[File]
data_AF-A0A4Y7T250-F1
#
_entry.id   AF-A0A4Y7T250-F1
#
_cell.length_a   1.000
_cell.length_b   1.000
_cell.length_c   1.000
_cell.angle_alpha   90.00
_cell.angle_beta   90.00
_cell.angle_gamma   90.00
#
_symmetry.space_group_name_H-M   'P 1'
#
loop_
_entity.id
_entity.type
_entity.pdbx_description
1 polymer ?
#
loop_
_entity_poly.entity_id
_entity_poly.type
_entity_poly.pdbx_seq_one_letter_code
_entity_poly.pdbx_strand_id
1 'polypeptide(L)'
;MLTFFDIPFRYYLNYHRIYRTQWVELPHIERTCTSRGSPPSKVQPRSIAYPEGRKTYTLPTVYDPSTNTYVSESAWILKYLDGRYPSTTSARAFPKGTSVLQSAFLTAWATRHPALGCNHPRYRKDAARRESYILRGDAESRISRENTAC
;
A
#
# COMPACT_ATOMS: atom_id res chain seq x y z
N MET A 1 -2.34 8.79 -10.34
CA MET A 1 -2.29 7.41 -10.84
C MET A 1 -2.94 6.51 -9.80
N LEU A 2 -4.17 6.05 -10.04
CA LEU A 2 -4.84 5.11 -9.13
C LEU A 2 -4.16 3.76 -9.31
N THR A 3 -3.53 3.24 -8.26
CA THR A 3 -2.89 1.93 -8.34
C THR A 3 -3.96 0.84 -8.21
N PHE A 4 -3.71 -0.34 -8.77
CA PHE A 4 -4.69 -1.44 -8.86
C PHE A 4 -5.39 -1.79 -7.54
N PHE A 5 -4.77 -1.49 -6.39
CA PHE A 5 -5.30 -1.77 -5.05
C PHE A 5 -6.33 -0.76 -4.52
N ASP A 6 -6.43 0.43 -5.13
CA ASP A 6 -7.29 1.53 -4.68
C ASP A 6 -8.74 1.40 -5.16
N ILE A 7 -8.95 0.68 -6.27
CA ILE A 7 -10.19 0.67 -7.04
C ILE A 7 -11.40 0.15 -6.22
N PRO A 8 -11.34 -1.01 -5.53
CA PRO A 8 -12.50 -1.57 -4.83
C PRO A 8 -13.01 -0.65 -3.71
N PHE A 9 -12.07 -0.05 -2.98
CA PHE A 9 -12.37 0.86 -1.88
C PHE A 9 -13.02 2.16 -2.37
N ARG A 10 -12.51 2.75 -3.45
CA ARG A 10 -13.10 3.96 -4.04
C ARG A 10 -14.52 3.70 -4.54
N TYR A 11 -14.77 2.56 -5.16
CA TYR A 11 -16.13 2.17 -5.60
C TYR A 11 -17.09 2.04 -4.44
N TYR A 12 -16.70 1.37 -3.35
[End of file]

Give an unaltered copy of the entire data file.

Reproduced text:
data_AF-A0A4Y7T250-F1
#
_entry.id   AF-A0A4Y7T250-F1
#
_cell.length_a   1.000
_cell.length_b   1.000
_cell.length_c   1.000
_cell.angle_alpha   90.00
_cell.angle_beta   90.00
_cell.angle_gamma   90.00
#
_symmetry.space_group_name_H-M   'P 1'
#
loop_
_entity.id
_entity.type
_entity.pdbx_description
1 polymer ?
#
loop_
_entity_poly.entity_id
_entity_poly.type
_entity_poly.pdbx_seq_one_letter_code
_entity_poly.pdbx_strand_id
1 'polypeptide(L)'
;MLTFFDIPFRYYLNYHRIYRTQWVELPHIERTCTSRGSPPSKVQPRSIAYPEGRKTYTLPTVYDPSTNTYVSESAWILKYLDGRYPSTTSARAFPKGTSVLQSAFLTAWATRHPALGCNHPRYRKDAARRESYILRGDAESRISRENTAC
;
A
#
# COMPACT_ATOMS: atom_id res chain seq x y z
N MET A 1 -2.34 8.79 -10.34
CA MET A 1 -2.29 7.41 -10.84
C MET A 1 -2.94 6.51 -9.80
N LEU A 2 -4.17 6.05 -10.04
CA LEU A 2 -4.84 5.11 -9.13
C LEU A 2 -4.16 3.76 -9.31
N THR A 3 -3.53 3.24 -8.26
CA THR A 3 -2.89 1.93 -8.34
C THR A 3 -3.96 0.84 -8.21
N PHE A 4 -3.71 -0.34 -8.77
CA PHE A 4 -4.69 -1.44 -8.86
C PHE A 4 -5.39 -1.79 -7.54
N PHE A 5 -4.77 -1.49 -6.39
CA PHE A 5 -5.30 -1.77 -5.05
C PHE A 5 -6.33 -0.76 -4.52
N ASP A 6 -6.43 0.43 -5.13
CA ASP A 6 -7.29 1.53 -4.68
C ASP A 6 -8.74 1.40 -5.16
N ILE A 7 -8.95 0.68 -6.27
CA ILE A 7 -10.19 0.67 -7.04
C ILE A 7 -11.40 0.15 -6.22
N PRO A 8 -11.34 -1.01 -5.53
CA PRO A 8 -12.50 -1.57 -4.83
C PRO A 8 -13.01 -0.65 -3.71
N PHE A 9 -12.07 -0.05 -2.98
CA PHE A 9 -12.37 0.86 -1.88
C PHE A 9 -13.02 2.16 -2.37
N ARG A 10 -12.51 2.75 -3.45
CA ARG A 10 -13.10 3.96 -4.04
C ARG A 10 -14.52 3.70 -4.54
N TYR A 11 -14.77 2.56 -5.16
CA TYR A 11 -16.13 2.17 -5.60
C TYR A 11 -17.09 2.04 -4.44
N TYR A 12 -16.70 1.37 -3.35